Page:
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Rita McArthur: Artist began new career in retirement
Steveston painter Rita McArthur draws inspiration for her art from her travels around the world, but most ideas spring to her much closer to home—in Richmond’s own fishing village.
Retirement in 2001 gave McArthur time to study painting and drawing, and she found her niche in bringing life to scenes from Steveston on canvas.
Her paintings concentrate on the colours and light of a subject, and she always strives to get sunshine down on paper—with the exceptions of the rainy Highlands of Scotland and mists of Finn Slough.
A member of the Richmond Artists’ Guild and Riverside Art Circle, McArthur has exhibited her work at numerous local shows, and has given the public a peek inside her studio during the City of Richmond’s annual Doors Open event.
McArthur was born in Glasgow, Scotland. Her first move was to Geneva, Switzerland, where she lived for five years. It was then on to London before settling in Richmond 41 years ago.
She’s seen Steveston change dramatically in her three decades there.
“One thing that hasn’t changed is that everyone knows everyone else, and any time you go for a walk it takes twice as long, because there’s always someone to stop and talk to.”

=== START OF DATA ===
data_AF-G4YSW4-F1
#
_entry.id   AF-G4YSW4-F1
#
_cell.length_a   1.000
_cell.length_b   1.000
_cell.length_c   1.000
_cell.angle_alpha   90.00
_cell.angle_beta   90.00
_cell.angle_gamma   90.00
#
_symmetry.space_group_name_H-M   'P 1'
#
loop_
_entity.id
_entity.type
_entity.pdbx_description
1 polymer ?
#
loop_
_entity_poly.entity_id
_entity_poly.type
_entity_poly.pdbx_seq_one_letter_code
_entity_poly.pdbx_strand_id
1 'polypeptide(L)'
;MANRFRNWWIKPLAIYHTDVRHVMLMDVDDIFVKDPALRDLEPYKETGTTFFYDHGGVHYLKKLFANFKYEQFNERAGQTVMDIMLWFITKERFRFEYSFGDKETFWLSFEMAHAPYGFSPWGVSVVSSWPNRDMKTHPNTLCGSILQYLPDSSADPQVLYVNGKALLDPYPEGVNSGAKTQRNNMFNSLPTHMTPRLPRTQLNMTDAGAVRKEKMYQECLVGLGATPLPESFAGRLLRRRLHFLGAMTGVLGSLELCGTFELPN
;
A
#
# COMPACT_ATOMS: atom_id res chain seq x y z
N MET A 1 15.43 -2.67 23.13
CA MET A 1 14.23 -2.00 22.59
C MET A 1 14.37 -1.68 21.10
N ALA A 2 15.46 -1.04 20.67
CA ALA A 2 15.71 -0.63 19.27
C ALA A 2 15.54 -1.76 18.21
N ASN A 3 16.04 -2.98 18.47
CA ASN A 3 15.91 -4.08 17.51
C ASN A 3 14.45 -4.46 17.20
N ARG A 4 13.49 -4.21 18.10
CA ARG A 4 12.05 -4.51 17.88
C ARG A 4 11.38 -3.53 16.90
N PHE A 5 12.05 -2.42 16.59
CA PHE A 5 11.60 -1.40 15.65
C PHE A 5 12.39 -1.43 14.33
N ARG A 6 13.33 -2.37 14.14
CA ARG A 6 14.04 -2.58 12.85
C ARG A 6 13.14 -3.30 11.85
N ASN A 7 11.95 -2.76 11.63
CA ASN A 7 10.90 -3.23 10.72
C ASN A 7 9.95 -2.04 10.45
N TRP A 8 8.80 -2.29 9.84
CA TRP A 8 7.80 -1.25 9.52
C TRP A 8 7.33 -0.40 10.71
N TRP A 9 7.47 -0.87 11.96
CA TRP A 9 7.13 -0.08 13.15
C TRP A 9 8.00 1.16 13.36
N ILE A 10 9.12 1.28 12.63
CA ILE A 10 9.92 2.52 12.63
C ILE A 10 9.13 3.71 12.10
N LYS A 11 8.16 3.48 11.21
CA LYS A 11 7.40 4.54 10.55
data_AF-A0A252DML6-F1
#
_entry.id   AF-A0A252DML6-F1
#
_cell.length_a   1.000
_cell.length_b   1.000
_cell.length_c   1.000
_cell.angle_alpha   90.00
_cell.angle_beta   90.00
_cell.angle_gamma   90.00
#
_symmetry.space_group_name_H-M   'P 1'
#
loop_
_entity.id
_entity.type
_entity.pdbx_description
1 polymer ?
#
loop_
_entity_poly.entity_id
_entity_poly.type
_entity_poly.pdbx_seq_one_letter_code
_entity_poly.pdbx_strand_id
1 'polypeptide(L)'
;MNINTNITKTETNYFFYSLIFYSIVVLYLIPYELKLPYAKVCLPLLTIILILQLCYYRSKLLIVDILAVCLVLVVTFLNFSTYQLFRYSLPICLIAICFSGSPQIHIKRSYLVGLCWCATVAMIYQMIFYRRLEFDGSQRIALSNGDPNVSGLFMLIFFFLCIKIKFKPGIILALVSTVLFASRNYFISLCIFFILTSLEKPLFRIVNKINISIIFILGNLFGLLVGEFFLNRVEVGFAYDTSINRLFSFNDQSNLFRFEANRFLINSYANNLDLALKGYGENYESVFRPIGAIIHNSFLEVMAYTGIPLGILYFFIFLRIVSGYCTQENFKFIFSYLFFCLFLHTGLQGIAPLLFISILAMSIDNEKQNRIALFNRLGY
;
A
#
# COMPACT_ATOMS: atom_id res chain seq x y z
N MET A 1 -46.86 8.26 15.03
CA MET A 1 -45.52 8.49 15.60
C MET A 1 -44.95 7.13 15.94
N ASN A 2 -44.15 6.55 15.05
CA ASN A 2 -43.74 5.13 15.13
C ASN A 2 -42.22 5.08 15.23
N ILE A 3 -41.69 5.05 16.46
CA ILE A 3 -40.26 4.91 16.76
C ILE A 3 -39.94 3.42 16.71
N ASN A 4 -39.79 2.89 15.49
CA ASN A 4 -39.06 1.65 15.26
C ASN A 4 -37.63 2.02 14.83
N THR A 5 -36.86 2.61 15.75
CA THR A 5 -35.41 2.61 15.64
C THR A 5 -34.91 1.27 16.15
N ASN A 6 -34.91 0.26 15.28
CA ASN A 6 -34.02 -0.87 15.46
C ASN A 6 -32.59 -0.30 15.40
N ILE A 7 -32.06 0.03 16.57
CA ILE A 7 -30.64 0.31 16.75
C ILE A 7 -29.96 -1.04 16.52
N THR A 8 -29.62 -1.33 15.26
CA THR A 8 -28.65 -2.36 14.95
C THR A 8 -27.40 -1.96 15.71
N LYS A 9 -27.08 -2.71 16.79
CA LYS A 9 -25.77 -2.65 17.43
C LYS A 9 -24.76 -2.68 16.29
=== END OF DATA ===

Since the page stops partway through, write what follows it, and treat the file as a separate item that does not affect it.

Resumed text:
Her interest in art stems from childhood. As a young girl, her mother would often take her to the Kelvingrove Art Gallery in Glasgow. The Impressionist paintings were her favourite.
“From the age of about 12 I wanted to be an artist but life took over and I didn’t start until I retired from my job at the Richmond Hospital. I took my first lessons with Mark Glavina at the Phoenix Art Gallery, in Steveston of course.”
Still to do for McArthur is more travelling. She travelled extensively in her younger years, and would like to revisit some of those places that have changed so much— Dubai, South America, Africa, the Middle East and Europe.
“Nairobi had dirt streets and only two buildings which were more than three storeys. When I see it on the news now it looks like a bustling metropolis—hard for me to imagine. Many places, such as Iran and Afghanistan, I would not be able to visit these days, but I’m sure they would be unrecognizable to me now.”